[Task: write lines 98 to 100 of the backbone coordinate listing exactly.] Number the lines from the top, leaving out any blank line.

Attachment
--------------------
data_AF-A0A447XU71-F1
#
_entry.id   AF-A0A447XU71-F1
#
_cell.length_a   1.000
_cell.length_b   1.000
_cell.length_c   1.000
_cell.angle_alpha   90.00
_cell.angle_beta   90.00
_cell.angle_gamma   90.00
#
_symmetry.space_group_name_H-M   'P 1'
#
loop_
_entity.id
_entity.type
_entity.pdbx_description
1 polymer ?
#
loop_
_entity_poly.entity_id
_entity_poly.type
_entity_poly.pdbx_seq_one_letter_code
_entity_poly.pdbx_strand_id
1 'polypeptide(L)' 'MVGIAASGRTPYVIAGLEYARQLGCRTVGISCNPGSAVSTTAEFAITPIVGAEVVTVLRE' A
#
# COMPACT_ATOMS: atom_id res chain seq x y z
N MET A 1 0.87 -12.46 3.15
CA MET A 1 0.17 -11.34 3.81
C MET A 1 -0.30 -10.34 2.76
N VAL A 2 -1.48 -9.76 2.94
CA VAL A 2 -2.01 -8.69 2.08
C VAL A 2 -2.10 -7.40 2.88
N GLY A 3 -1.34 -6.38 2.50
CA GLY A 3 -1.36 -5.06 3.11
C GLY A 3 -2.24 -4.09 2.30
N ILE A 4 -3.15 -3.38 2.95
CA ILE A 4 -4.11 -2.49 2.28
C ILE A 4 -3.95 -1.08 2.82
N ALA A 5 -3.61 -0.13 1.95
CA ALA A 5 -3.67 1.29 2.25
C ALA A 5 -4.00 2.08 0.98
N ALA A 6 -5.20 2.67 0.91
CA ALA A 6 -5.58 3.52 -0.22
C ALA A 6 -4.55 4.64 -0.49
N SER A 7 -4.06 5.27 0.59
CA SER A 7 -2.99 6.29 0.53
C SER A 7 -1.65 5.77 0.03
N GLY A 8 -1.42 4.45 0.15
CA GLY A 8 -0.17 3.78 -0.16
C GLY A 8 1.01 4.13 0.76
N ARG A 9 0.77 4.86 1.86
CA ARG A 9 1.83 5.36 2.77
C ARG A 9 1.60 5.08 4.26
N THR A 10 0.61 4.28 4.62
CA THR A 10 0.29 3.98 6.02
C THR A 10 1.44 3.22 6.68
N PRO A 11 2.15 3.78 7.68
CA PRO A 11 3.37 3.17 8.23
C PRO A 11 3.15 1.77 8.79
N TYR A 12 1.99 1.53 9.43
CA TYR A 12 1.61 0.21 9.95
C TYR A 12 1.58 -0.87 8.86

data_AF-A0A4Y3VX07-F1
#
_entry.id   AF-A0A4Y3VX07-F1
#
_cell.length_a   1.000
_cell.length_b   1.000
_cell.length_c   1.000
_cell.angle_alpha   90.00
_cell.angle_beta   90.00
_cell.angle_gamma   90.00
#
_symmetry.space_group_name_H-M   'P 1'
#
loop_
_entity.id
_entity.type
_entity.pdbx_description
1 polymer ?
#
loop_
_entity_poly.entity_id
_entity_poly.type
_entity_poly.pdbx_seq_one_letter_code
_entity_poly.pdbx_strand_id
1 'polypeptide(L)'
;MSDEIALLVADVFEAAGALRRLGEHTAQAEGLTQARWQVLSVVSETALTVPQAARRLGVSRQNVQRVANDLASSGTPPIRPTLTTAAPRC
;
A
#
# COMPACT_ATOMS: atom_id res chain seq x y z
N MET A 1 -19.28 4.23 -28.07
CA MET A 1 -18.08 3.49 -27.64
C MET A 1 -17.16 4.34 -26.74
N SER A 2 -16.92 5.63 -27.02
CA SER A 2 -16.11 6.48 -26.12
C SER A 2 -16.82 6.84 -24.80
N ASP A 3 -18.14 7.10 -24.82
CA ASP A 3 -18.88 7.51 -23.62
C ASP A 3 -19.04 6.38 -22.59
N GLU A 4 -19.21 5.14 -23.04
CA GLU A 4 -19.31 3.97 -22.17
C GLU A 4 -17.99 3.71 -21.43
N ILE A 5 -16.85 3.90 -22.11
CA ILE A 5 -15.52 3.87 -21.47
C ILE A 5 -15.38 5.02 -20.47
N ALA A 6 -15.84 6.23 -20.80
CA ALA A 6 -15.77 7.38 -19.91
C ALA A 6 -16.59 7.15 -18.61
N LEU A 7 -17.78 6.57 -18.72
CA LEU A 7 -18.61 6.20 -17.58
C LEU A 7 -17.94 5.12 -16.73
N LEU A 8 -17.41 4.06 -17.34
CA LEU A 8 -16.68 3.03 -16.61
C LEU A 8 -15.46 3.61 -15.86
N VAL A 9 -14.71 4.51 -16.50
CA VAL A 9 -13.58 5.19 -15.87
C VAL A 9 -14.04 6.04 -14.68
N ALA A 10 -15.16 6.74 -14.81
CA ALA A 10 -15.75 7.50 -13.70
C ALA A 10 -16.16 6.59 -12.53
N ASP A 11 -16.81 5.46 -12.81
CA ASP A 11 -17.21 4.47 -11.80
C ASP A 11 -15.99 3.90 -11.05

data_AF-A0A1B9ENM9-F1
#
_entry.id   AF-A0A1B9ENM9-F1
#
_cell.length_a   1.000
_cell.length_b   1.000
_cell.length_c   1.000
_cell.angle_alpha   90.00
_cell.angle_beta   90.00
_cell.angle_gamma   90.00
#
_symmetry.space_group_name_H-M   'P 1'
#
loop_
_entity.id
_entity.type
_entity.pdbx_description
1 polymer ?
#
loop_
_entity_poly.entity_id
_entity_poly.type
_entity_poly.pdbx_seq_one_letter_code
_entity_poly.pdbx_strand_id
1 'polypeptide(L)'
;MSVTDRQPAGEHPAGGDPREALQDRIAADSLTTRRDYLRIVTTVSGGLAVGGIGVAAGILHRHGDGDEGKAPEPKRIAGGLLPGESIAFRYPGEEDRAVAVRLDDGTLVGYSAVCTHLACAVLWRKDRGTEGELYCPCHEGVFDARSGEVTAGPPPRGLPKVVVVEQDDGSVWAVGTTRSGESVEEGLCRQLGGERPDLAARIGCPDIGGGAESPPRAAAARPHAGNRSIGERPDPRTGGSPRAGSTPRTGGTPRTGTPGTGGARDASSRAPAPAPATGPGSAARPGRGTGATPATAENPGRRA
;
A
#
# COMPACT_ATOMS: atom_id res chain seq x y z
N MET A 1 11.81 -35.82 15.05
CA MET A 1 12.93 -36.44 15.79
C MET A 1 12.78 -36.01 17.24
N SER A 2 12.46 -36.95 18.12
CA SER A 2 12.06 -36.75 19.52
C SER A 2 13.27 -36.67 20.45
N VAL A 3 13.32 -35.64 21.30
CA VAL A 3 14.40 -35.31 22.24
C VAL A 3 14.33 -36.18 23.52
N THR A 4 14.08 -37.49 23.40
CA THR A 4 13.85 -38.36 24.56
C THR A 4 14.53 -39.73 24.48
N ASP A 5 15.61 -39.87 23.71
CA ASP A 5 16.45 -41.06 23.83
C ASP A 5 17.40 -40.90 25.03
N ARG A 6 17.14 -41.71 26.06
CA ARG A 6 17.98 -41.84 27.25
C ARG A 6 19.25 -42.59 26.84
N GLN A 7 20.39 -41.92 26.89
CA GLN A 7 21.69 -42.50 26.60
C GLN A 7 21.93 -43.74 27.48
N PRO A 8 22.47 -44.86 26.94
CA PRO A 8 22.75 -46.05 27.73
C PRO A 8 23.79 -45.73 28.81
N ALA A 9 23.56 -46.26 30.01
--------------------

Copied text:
CA SER A 2 -16.11 6.48 -26.12
C SER A 2 -16.82 6.84 -24.80
N ASP A 3 -18.14 7.10 -24.82